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    Tiny Vacuum Sucks Clots From Heart

    New Heart Attack Treatment Vacuums Blood Clots From Blocked Arteries
    WebMD Health News
    Reviewed by Louise Chang, MD

    Feb. 6, 2008 -- A tiny vacuum threaded through an artery sucks blood clots away from the heart, improving outcomes for heart attack patients.

    Blood clots in the heart arteries cause heart attacks, angina, and other problems. The current treatment -- balloon angioplasty with wire-mesh stents to prop open the artery -- has enormously increased the chances of surviving a heart attack.

    Now, the odds of surviving a heart attack may be even better. Instead of using a balloon to squash the clot against the sides of the artery, a new technique allows doctors to vacuum away the clot.

    A clinical trial compared the technique -- using the commercially available 6-French Export Aspiration Catheter from Medtronic -- to balloon angioplasty. Felix Zijlstra, MD, PhD, director of the thorax center at the University of Groningen, Netherlands, and colleagues randomly assigned 1,071 heart attack patients to one treatment or the other.

    "We are on the brink of a new development," Zijlstra tells WebMD. "Instead of fragmenting clot material with a balloon -- and potentially [sending it downstream to damage the heart], it makes sense to get rid of the debris to start with."

    As in balloon angioplasty, the new technique calls for doctors to run a guide wire into the artery and through the middle of the blood clot. But instead of running a balloon catheter along the guide wire, doctors use an "aspiration catheter" -- a thin vacuum -- to suck away the clot. A balloon is then used to push open the artery, and a stent is placed to support the opened artery.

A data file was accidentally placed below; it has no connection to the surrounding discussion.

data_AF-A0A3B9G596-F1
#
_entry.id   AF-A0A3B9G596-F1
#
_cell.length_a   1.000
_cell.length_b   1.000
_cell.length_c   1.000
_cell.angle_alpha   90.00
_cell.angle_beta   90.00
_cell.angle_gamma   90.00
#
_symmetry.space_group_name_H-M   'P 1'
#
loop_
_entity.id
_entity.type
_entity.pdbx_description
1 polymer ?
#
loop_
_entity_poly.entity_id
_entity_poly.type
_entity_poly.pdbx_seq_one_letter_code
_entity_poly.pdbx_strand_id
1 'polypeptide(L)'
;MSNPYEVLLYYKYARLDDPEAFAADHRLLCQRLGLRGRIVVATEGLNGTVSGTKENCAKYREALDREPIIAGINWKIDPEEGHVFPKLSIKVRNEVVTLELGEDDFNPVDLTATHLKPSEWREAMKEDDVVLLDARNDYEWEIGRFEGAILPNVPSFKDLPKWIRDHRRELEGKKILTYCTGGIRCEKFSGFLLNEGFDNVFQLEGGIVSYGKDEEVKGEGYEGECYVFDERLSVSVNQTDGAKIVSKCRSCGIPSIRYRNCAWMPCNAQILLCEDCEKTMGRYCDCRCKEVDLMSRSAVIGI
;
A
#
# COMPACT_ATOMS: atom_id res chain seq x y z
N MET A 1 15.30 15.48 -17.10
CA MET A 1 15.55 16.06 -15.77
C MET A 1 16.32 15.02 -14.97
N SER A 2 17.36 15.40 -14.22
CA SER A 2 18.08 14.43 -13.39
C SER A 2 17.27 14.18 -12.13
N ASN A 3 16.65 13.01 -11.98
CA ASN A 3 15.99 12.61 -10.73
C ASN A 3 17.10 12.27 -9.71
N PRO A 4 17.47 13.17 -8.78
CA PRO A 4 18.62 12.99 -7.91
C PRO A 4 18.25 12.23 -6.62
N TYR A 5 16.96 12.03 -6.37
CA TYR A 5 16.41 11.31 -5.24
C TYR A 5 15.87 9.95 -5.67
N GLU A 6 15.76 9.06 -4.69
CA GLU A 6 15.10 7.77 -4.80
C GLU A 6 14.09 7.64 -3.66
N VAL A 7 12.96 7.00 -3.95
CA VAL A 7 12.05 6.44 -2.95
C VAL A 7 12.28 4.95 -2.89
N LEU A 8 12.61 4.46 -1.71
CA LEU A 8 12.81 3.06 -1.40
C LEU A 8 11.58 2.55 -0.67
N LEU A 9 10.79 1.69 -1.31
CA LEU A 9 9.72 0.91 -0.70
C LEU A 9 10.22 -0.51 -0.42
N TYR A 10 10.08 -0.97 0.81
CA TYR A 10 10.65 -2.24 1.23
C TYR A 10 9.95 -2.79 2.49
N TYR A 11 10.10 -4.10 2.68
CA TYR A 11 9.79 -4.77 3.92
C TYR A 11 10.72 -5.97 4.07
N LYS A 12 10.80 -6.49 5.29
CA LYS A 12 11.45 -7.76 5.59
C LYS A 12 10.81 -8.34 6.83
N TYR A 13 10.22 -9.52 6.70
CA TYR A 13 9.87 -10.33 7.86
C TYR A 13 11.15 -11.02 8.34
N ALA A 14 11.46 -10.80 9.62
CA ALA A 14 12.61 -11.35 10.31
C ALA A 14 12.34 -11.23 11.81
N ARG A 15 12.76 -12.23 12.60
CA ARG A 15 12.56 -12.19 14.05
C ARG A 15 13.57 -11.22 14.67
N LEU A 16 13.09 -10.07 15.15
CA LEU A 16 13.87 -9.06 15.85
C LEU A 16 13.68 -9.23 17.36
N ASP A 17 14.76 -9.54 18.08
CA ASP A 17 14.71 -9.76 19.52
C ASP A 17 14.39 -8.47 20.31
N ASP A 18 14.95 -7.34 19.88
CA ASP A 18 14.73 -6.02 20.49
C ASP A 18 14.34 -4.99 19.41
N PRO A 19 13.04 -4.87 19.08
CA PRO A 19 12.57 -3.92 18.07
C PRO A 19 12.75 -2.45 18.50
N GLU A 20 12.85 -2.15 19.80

The idea is to keep pieces of the clot -- embolisms -- from breaking loose and blocking smaller arteries, which can kill the sections of the heart fed by these arteries.

    In the Zijlstra study, such blockages were seen in 17% of the patients treated with the new technique and in 26% of those treated with traditional balloon angioplasty. The less downstream blockage patients had, the better their outcomes.

    Thrombus Aspiration: Treatment Wave of the Future

    The technique isn't perfect. Even the highly experienced study researchers failed to remove the clot in 27% of cases. Still, electrocardiogram results returned to near-normal for 56.6% of patients treated with the technique, compared with 44.2% of patients treated with balloon angioplasty.

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